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Out of OPEC, Qatar can start to market Iran’s oil to Asia, Europe (Exclusive)

After withdrawal from OPEC, Qatar can start to market Iranian oil to Asia and Europe, Sam Barden, director of the international trading and consulting company SBI Markets, told Trend Dec. 4.

This decision is a politically and economically right thing to do, he said.

“There is absolutely no benefit to Qatar to remain a member of OPEC,” he noted. “Firstly, they are a small oil producer in comparison to others in OPEC, and the time needed at the ministerial and executive level to maintain OPEC relations doesn’t match the benefit gained.”

“Qatar will and should focus on gas over oil, as gas has a much bigger future than oil globally,” he said. “Qatar, as the largest producer of LNG, is also the host of the Gas Exporting Countries Forum (GECF), an 11 member global organization, sometimes referred to as the Gas OPEC. Given Russia is a member of the GECF, but not OPEC, and is also one of the largest procurers of gas and oil, Qatar can now deepen cooperation with Russia, and also Iran.”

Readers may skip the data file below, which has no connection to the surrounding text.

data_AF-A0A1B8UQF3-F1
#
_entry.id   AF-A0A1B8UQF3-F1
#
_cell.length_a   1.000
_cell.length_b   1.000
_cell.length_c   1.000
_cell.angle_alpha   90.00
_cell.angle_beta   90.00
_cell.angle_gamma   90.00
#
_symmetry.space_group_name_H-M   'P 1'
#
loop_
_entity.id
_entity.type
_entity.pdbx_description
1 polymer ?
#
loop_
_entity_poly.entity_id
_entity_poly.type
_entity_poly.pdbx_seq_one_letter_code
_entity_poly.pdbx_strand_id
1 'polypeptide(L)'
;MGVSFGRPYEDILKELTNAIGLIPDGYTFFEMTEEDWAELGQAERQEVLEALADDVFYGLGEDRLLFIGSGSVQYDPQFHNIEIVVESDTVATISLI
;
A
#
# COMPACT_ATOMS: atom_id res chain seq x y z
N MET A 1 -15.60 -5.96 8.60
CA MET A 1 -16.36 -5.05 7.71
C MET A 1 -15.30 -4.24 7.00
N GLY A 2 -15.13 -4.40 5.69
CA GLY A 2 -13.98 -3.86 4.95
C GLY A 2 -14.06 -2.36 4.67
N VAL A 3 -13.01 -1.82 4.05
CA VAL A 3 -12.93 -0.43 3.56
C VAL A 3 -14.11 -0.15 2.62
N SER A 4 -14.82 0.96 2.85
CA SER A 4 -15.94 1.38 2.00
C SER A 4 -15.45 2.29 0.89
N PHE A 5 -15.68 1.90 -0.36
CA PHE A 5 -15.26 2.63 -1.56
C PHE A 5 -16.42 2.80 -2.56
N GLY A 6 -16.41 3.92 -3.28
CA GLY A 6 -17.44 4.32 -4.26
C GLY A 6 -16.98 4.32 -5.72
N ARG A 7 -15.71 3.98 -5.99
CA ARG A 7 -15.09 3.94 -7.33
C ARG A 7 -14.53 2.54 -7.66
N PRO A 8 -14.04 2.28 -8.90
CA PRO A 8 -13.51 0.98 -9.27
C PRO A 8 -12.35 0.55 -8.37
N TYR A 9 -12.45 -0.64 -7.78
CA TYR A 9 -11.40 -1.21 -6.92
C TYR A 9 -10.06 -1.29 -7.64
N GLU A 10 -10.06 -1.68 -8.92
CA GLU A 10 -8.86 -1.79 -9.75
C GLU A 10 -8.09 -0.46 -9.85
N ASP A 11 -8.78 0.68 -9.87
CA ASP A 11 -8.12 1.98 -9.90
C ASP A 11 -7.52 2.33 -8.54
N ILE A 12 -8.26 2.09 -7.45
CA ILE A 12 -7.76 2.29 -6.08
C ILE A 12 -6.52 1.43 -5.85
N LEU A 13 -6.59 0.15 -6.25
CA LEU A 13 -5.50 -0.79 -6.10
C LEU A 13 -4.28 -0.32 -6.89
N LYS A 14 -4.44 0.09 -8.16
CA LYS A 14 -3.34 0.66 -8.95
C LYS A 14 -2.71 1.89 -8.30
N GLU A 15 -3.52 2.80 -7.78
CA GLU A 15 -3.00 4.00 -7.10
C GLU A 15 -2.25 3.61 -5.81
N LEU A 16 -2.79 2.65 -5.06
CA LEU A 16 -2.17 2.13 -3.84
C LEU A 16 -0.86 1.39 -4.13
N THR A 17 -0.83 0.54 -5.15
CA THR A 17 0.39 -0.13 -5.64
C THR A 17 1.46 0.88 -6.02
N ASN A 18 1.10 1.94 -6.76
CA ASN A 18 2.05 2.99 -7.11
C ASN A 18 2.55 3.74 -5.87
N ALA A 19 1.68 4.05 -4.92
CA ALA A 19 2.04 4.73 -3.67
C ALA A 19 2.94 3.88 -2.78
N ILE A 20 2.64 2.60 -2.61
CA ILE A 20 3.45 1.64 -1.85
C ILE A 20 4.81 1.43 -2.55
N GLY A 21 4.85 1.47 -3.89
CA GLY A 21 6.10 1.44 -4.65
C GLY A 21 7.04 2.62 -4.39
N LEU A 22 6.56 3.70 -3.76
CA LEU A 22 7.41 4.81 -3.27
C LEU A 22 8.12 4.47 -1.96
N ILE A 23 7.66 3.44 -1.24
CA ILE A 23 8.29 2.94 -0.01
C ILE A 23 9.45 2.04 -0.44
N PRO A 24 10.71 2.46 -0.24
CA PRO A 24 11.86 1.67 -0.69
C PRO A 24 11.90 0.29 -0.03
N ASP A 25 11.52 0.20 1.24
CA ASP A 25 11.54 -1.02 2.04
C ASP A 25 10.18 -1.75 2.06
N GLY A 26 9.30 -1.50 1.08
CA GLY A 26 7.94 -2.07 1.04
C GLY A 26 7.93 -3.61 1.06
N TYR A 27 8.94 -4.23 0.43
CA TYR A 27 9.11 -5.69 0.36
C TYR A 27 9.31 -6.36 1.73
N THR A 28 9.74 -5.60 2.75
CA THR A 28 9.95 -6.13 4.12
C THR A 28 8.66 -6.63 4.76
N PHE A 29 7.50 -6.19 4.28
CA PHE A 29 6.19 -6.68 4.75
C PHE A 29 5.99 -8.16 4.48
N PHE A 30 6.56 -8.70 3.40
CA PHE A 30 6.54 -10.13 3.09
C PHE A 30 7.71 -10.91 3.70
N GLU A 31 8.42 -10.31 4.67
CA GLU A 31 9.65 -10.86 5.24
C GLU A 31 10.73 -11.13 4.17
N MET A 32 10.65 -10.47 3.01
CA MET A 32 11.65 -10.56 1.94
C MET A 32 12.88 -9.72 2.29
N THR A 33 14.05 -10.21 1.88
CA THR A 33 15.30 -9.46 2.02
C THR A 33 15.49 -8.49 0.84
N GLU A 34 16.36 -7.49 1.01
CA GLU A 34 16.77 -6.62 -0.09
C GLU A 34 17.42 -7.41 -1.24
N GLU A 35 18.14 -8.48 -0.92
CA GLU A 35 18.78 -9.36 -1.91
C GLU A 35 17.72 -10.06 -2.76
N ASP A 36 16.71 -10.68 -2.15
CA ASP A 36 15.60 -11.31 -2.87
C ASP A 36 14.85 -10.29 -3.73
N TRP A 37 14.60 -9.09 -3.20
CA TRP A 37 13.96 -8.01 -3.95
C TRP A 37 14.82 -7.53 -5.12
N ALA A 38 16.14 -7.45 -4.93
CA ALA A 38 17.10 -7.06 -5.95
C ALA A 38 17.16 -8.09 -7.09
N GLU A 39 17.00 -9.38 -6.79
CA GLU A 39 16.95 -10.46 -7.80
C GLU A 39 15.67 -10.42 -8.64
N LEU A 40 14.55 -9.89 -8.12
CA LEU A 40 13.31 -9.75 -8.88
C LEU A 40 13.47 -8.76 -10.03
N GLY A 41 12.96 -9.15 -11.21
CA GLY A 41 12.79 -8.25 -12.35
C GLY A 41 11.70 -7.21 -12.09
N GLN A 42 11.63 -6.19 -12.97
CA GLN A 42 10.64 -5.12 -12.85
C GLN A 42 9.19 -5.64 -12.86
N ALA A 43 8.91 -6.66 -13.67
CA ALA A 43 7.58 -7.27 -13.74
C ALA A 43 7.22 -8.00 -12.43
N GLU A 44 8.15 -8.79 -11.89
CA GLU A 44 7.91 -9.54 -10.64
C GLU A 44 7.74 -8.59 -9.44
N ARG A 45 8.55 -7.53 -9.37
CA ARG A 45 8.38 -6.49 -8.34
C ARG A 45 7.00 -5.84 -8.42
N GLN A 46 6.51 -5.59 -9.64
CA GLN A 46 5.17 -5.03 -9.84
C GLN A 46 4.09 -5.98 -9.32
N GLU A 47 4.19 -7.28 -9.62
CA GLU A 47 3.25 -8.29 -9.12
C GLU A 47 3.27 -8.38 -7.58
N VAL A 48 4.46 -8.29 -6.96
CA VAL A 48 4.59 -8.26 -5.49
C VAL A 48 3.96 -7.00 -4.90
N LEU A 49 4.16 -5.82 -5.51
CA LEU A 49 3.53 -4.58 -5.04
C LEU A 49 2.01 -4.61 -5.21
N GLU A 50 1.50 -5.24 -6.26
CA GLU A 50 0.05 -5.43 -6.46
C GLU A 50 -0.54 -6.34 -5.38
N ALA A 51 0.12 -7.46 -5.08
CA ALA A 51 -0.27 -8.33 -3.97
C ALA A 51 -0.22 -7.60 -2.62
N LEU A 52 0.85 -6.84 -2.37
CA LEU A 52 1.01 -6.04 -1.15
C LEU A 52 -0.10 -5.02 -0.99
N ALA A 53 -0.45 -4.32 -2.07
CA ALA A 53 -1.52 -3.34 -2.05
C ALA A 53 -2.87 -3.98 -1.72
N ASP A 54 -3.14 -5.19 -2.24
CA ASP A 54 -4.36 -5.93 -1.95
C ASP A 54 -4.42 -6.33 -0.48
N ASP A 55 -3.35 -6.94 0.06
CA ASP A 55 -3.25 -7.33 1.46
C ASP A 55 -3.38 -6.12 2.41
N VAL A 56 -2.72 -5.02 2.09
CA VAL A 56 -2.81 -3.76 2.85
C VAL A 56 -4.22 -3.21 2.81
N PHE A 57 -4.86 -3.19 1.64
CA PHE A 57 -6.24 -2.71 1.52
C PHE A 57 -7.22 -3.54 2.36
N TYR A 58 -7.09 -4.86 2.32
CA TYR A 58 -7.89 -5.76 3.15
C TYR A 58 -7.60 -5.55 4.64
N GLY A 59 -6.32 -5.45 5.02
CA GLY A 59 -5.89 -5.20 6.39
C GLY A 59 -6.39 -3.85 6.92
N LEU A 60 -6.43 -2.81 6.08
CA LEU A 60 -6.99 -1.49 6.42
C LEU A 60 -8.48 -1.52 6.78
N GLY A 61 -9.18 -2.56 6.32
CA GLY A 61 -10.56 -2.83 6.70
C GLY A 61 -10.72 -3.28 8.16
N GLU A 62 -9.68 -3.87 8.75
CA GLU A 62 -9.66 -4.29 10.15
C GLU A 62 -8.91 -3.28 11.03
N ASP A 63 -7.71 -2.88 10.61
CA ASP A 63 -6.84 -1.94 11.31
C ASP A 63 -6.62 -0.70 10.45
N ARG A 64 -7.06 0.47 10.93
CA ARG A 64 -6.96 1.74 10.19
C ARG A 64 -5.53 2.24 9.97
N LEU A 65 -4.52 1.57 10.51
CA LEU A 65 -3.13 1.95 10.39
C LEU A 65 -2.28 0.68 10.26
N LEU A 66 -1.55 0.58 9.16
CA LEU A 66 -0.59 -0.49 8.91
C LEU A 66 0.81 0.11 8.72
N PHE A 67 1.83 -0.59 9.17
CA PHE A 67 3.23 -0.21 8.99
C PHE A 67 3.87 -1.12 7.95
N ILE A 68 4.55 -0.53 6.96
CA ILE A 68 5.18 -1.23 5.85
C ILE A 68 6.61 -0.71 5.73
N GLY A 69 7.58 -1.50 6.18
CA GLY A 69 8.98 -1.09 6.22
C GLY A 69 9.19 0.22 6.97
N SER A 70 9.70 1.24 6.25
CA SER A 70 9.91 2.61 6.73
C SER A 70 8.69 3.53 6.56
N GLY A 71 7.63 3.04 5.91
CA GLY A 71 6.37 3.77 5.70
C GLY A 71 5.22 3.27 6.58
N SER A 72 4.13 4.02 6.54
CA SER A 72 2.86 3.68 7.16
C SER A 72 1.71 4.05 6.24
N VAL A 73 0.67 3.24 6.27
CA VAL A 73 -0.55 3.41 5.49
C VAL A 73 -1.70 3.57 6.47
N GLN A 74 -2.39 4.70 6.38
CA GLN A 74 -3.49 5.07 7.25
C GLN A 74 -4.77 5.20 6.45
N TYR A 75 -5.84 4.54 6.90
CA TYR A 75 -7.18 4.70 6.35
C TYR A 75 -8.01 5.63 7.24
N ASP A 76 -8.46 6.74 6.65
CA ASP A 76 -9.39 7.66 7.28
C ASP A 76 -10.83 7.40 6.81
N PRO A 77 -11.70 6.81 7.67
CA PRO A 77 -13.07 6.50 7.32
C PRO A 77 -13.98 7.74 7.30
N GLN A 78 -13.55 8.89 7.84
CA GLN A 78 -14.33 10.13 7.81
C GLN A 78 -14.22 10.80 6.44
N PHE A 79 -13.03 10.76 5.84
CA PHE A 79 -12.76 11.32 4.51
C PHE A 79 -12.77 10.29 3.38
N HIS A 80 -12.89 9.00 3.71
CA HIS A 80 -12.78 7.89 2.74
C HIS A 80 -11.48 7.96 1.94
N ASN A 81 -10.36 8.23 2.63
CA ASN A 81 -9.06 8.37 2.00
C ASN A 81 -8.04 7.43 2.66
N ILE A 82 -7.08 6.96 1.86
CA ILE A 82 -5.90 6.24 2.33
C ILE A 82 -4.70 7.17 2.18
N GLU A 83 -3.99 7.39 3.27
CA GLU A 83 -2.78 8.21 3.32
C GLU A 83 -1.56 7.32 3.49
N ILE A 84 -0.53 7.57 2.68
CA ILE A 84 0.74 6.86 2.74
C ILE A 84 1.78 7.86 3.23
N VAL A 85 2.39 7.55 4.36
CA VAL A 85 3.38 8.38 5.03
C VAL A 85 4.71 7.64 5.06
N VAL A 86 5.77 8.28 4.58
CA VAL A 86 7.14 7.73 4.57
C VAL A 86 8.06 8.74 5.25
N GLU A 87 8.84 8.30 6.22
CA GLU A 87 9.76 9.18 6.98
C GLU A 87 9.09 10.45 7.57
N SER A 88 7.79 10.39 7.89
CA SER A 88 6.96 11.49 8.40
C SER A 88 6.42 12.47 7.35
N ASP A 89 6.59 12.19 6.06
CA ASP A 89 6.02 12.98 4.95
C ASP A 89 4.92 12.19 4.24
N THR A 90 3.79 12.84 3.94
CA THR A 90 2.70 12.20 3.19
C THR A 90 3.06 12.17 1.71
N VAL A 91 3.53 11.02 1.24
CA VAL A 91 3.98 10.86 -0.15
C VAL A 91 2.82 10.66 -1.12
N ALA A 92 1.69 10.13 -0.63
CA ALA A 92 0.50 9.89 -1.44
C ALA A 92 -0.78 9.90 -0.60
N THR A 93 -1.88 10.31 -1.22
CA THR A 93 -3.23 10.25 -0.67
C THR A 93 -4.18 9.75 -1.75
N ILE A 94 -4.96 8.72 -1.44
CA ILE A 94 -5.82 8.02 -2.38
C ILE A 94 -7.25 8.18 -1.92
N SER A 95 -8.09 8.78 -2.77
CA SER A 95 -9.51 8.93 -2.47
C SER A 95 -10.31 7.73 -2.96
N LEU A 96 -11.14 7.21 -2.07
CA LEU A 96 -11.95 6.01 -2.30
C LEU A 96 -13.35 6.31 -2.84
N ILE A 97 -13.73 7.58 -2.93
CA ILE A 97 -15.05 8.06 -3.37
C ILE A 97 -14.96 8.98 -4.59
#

“Strategically, and moving forward, this makes much more sense politically and economically, as Russia and Iran, along with China and other parts of Asia, are likely to move away from US dollar settlements and trade in an effort to remove sanctions risk,” he noted.

“Qatar can now start to market Iranian oil to Asia and Europe, and this could dramatically increase supply, or take market share from others,” he added.

“A move like this could be coordinated with Russia and China as part of the overall strategy to fund and build the Belt and Road Initiative, which is the largest infrastructure project on the planet,” he said.